How We Win

Today the People’s Republic of China (PRC) is outpacing the United States (U.S.) in fielding warfighting capability. The U.S. averages sixteen years to deliver a major weapons system1. The PRC delivers systems in approximately seven years2. The difference means nine more years of production; nine more years of modernization; and nine more years of practicing tactics, techniques, and procedures for the PRC. That’s nine years of the PRC being in the game before the U.S. even takes the field. This disparity in integrated capability delivery timelines must change—or the U.S. will lose. There is no time for antiquated serial processes, inadequate teaming, or lifecycle and functional stovepipes. The Air Force relies on Air Force Materiel Command (AFMC) to deliver war-winning capabilities. AFMC must shatter existing paradigms and adopt enterprise Digital Materiel Management (DMM) capabilities to radically accelerate our fielding, sustainment, and modernization. Models must replace documents. Structured data must replace disparate information. Digital collaboration must break down decision stovepipes. Through these practices, AFMC will execute DMM to accelerate integrated capability delivery across the materiel lifecycle and functional disciplines to counter the PRC’s pace and win.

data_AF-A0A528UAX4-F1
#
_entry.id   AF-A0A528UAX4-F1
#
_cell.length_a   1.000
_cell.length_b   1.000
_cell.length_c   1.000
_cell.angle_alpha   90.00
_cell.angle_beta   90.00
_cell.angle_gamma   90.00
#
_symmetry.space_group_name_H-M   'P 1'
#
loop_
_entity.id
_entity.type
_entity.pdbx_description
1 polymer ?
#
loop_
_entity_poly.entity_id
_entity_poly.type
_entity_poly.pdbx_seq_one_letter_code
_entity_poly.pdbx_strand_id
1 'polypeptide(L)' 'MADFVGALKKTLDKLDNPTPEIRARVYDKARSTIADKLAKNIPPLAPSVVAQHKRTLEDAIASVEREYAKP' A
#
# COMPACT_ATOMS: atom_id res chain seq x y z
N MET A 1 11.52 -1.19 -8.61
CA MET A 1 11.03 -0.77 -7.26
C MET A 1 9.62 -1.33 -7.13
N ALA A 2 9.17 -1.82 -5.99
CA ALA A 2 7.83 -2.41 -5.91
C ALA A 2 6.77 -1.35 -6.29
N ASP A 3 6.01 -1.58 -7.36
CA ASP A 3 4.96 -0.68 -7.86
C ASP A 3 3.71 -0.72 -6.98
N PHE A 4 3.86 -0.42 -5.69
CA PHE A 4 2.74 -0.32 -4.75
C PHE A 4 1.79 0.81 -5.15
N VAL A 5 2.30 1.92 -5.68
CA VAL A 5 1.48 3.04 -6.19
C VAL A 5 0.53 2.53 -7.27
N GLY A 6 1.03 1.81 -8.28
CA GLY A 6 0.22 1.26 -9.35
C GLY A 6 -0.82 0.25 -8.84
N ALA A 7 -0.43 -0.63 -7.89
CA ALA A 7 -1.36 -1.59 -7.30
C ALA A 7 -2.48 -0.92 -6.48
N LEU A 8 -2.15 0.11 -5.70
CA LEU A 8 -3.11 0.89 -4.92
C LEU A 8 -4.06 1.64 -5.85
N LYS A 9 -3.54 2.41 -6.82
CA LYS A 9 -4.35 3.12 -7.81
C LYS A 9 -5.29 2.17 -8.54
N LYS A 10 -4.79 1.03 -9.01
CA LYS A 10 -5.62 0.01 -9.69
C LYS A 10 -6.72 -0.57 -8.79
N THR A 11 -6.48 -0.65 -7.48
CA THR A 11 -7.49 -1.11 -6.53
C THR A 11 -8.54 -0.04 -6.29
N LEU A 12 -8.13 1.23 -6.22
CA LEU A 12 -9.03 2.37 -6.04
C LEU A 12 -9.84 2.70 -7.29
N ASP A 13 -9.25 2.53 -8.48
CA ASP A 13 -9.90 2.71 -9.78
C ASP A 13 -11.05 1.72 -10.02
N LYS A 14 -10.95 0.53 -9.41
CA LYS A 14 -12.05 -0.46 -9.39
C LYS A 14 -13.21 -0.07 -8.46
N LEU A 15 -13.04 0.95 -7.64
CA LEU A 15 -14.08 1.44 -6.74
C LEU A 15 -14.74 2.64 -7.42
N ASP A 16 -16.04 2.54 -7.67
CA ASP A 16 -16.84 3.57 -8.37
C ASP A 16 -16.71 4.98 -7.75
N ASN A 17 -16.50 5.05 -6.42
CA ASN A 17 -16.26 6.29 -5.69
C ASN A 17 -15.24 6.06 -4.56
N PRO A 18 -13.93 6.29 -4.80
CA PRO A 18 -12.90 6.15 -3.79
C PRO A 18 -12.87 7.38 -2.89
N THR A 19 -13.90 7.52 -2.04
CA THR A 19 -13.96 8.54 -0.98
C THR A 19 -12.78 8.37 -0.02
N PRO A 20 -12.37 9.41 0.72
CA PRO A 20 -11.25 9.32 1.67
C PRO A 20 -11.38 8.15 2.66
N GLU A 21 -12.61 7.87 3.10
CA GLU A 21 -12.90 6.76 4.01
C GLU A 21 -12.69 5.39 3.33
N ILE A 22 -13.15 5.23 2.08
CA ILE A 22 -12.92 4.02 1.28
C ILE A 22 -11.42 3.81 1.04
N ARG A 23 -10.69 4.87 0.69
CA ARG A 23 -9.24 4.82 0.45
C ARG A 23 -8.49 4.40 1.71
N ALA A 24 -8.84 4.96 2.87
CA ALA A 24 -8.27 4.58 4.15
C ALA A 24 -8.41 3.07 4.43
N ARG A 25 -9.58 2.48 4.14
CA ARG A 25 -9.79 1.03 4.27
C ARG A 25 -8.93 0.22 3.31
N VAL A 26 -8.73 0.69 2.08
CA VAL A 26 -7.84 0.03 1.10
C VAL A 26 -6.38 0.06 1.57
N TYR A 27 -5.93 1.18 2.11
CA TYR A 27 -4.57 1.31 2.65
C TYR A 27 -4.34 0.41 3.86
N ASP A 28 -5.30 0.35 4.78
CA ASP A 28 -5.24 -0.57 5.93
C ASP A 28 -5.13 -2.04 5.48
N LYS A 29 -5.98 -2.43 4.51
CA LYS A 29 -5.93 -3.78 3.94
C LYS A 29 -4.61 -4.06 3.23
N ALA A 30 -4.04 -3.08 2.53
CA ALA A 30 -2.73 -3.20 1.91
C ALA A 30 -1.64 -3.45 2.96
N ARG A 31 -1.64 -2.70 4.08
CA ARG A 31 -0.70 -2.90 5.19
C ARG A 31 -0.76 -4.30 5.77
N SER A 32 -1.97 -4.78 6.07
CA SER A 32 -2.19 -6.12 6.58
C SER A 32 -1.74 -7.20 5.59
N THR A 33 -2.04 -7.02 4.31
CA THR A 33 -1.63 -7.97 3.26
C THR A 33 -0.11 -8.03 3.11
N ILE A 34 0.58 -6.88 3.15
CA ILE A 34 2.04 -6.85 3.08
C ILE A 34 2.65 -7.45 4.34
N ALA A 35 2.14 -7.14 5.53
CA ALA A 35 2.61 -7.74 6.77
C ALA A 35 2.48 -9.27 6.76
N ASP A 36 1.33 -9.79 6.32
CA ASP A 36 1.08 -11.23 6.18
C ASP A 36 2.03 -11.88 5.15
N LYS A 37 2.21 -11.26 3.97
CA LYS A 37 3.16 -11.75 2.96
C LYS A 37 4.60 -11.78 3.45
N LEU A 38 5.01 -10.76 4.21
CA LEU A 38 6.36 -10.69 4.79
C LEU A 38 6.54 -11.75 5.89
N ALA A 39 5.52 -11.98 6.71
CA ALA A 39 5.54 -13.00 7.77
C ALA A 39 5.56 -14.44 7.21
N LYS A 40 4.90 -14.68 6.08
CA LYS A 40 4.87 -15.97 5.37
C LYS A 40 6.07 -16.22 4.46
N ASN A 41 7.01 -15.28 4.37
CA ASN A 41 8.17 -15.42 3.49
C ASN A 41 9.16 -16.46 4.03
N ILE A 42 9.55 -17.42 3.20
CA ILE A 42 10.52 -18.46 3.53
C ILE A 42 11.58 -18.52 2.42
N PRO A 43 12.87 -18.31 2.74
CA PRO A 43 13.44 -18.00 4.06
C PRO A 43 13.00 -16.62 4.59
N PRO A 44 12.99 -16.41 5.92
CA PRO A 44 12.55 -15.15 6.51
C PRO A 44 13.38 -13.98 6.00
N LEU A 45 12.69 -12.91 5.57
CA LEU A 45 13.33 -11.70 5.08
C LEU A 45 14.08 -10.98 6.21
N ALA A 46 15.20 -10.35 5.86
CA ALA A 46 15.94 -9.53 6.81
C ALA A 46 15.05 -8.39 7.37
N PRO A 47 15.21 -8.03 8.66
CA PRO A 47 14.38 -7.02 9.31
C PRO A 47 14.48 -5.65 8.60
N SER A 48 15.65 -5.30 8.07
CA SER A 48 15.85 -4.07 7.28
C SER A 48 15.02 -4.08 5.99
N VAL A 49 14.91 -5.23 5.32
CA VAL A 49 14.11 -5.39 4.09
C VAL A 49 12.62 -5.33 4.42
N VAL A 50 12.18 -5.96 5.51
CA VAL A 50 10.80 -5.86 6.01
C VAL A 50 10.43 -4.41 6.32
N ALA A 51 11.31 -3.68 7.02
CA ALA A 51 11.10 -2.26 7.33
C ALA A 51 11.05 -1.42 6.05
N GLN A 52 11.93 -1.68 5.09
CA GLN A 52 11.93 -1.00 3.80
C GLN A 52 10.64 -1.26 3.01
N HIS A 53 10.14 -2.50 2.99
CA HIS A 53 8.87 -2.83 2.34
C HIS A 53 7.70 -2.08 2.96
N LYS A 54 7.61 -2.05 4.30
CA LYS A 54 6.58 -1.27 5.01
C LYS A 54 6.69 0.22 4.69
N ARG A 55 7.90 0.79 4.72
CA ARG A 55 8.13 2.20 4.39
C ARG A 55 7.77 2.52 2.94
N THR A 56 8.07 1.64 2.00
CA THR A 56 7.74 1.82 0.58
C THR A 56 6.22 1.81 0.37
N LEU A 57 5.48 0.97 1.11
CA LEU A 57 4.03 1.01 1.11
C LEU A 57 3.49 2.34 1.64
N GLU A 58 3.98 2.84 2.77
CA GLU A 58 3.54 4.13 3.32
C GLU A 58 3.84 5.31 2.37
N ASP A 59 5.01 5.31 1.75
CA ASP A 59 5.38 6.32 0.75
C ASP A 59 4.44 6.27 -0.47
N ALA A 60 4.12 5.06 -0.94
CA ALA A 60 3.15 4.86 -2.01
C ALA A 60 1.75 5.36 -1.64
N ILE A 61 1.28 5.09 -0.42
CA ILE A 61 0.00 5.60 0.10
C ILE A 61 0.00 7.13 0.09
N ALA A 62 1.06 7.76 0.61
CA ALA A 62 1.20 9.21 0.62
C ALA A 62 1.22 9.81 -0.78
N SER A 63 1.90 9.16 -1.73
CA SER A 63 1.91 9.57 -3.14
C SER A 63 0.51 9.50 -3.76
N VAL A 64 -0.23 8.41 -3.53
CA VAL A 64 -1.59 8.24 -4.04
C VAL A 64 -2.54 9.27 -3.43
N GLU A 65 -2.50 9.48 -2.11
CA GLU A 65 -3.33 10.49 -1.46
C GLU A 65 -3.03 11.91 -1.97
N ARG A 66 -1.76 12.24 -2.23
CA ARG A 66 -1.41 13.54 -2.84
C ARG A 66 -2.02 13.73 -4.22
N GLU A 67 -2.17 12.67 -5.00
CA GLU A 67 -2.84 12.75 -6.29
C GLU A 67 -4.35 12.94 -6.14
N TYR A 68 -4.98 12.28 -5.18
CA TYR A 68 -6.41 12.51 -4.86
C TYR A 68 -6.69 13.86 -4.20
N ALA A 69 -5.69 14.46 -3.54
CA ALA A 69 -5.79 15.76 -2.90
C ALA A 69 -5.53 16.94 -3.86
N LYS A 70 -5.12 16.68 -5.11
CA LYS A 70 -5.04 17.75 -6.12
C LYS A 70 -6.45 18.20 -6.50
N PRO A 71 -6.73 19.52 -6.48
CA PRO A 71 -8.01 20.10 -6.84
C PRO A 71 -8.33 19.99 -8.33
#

Lifecycle DMM

Counter to the U.S.’ current trajectory of ever-increasing acquisition timelines,3 DMM accelerates all phases of the materiel lifecycle from invention to modification. Every phase and AFMC organization plays a role. The common threads uniting the entire materiel ecosystem are models, data, and infrastructure. What those threads mean for each lifecycle phase and the outcomes they generate are critical to aligning the entire capability delivery process.


DMM drives invention through data-driven warfighter requirements development (e.g., Architect Framework for Simulation mission analysis), warfighter use case modeling (e.g., Systems Modeling Language-based architecting), and mission engineering (e.g., wargaming simulations to inform capability planning). In this phase, nascent models set a foundation for process and design. Government Reference Architectures (GRAs) begin to take shape. The outcomes range from models suitable for detailed simulation activities (e.g., AFRL’s Golden Horde) to data sufficient for real-world prototyping (e.g., AFRL’s Skyborg).4,5